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Hear directly from RBC Global Asset Management Chief Economist, Eric Lascelles in his monthly and quarterly updates. Representing RBC GAM Investment Strategy Committee’s (RISC) economic views, Eric shares timely insights and the expectations of RBC GAM on the global economy.
Monthly Economic Outlook Webcast
Brexit blowout - July 2016
Eric Lascelles, Chief Economist, RBC Global Asset Management, shares the latest views on the global economy and offers insight into today’s economic issues.
The webcast includes an audio and slide presentation.
Quarterly Economic Video
Eric Lascelles - Spring 2016
In the latest instalment, Eric provides an overview of how economic activity has unfolded this past quarter in regions across the globe.
- We saw a bumpy end to 2015, and the trend spilled over causing a volatile start to the year. However, the financial markets have since staged a partial recovery and, although economic growth has slowed, we still see growth to a certain degree – just less than expected.
- Central banks have responded to recent economic weakness with negative interest rates, but learned that a cocktail of measures – including cutting rates and expanding quantitative easing – are more effective. After raising rates in December, the U.S. Federal Reserve (Fed) is a clear outlier, although they are still scaling back plans. Yields and interest rates are likely going to stay low through 2016.
- The global economy is facing evolving downside risks, but banking sector concerns early in the year were probably overblown. We see resource shock risks fading as commodity prices are not actively pushing lower. Debt risks are still quite large and possibly growing. Risk of recession in the U.S. is sitting at 25-30% - higher than normal but a recession is not expected.
- Developed economies have lost a step overall, but the U.S. economy is clearly growing with a strong job market. Growth in the rest of the developed world is moving less quickly due to tightened financial conditions, with political uncertainty as a side drag. Europe is decelerating and Japan has faced a rough patch recently, but overall things are not as bad as suggested.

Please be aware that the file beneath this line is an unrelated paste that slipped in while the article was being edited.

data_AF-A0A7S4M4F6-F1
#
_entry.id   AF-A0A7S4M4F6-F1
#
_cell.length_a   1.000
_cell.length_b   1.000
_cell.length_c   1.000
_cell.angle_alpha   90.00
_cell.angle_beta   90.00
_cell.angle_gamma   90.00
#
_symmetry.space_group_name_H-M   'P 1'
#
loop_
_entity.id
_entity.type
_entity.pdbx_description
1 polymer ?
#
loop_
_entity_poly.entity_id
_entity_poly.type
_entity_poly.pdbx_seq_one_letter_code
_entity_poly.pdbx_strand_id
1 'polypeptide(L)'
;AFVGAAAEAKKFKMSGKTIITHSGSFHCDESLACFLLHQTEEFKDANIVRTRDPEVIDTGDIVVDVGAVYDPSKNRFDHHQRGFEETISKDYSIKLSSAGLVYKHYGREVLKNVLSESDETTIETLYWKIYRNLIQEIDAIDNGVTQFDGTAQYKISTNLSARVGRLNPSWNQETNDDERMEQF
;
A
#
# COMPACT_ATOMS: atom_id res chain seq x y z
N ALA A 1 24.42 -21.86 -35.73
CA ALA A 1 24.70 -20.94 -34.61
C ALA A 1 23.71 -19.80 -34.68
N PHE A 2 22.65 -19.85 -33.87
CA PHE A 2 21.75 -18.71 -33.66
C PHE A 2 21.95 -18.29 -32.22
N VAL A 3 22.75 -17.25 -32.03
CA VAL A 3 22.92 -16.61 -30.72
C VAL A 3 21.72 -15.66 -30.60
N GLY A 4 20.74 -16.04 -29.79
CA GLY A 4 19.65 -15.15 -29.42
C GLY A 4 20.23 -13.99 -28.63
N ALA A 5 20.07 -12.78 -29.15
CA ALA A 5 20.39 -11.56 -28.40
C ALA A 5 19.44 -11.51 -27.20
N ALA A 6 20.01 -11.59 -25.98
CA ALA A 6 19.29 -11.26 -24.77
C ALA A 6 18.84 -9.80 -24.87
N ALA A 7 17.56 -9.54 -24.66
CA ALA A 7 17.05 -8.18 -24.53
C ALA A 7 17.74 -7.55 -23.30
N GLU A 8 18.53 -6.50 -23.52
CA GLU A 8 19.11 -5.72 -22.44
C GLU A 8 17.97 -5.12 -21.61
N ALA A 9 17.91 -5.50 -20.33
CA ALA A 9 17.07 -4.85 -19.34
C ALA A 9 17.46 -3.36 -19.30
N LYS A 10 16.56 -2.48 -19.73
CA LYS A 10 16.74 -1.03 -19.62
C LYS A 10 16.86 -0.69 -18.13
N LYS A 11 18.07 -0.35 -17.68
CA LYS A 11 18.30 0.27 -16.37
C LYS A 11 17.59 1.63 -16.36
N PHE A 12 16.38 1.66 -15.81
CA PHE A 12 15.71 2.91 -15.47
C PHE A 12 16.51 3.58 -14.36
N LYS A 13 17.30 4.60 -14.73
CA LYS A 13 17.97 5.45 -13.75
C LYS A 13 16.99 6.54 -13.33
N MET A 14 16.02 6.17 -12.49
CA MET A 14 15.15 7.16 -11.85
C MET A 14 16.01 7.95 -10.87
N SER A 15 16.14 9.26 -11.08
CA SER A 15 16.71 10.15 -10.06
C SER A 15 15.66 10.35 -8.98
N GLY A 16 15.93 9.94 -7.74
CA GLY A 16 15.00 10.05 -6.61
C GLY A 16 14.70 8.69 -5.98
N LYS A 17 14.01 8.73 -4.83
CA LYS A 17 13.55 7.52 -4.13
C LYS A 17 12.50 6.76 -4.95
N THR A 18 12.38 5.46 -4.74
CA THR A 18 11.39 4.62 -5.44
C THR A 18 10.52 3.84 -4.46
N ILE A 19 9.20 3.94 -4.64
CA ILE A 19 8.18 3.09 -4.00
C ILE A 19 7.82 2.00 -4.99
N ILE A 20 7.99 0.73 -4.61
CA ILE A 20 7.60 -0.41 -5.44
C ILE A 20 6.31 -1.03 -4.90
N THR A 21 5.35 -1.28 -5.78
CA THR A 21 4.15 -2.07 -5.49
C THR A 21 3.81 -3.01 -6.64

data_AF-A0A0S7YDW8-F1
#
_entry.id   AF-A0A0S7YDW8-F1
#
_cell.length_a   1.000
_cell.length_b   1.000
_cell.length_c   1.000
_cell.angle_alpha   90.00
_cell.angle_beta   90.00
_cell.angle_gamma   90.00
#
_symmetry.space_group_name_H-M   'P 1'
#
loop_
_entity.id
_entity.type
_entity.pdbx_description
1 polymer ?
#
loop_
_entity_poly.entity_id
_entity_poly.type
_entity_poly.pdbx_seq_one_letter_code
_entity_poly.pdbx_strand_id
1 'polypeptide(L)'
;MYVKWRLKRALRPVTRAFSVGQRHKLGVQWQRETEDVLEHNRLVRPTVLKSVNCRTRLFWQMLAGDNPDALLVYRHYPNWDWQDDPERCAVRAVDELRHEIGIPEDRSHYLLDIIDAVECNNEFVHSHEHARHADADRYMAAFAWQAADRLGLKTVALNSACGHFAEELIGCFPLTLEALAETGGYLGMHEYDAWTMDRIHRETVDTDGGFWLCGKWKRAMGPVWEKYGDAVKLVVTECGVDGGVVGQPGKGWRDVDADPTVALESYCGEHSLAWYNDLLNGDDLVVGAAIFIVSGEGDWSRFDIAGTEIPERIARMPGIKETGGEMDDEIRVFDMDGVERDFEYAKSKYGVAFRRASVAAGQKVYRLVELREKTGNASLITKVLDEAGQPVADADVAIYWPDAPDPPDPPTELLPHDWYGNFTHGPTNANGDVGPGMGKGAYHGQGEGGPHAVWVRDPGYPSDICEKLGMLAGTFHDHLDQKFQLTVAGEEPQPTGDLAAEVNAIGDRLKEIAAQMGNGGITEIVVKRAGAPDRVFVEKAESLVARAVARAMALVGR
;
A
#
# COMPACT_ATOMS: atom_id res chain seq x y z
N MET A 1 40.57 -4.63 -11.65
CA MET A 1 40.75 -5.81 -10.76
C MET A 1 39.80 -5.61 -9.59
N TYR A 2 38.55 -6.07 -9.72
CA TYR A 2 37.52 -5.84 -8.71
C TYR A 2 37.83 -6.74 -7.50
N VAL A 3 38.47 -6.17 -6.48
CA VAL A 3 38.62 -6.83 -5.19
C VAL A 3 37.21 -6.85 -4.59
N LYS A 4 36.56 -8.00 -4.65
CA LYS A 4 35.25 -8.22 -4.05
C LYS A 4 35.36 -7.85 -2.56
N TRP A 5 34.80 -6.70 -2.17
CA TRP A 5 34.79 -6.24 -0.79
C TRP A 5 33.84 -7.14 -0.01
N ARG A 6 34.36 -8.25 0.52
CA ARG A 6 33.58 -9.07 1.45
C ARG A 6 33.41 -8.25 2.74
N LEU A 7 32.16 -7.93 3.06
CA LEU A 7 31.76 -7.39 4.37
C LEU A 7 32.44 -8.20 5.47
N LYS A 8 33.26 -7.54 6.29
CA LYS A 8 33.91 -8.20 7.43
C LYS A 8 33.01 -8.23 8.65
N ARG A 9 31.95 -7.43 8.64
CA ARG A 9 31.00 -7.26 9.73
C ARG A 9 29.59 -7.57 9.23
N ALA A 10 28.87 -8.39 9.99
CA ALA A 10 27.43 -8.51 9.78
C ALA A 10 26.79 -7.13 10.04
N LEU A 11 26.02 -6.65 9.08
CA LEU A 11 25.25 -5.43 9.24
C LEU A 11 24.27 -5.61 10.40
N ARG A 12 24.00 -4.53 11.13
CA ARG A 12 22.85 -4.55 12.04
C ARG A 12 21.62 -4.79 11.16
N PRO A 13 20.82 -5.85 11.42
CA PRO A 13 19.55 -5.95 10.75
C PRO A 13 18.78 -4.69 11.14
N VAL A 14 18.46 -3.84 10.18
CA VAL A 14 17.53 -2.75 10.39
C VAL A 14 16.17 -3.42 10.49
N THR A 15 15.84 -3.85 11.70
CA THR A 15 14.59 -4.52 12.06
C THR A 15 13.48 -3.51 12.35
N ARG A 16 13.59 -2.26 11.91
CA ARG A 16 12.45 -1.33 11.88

- Currency and stock market concerns in China are overblown as we’ve seen the currency stabilize. Chinese stock markets have made a bit of a rebound, and worries over capital outflows have slowed. Debt and credit issues are alive and well and we anticipate China’s economy slowing to a 6% growth rate this year, and perhaps dipping into the high 5’s next year.
- Growth in emerging markets shows signs of stabilization, after being in a multi-year deceleration stage. Worries about corporate debt are mounting as borrowing was done on assumptions that haven’t worked out as planned. Due to the resource shock and volatile politics, Brazil and Russia are struggling, but India continues to do fairly well. Emerging market equities appear undervalued.
- We anticipate some growth in Canada, but not a lot. At the same time, there are huge disparities between provinces, with Alberta, Saskatchewan and Newfoundland suffering due to the pullback in resources, and Ontario, B.C. and to some extent Quebec seeing at worst normal growth if not better-than-normal growth. The year started off slow but we expect the economy will fare better once the fiscal stimulus kicks in and oil prices rise. We see a risk in the labour market for 2016, as three of the last four months have seen a decline in employment.
- So far this year has been volatile, but even with substantial risks and market displeasure, we expect growth to persist. Redeeming features are found as market turmoil creates opportunities for active investors. Bonds should stay fairly expensive with the stock market remaining roughly fair valued. The U.S. dollar is likely to rise further – meaning, by extension, that the Canadian dollar is projected to fall back down. After commodity prices went too low, we are starting to see a recovery, and over 2016 oil prices should work their way up.
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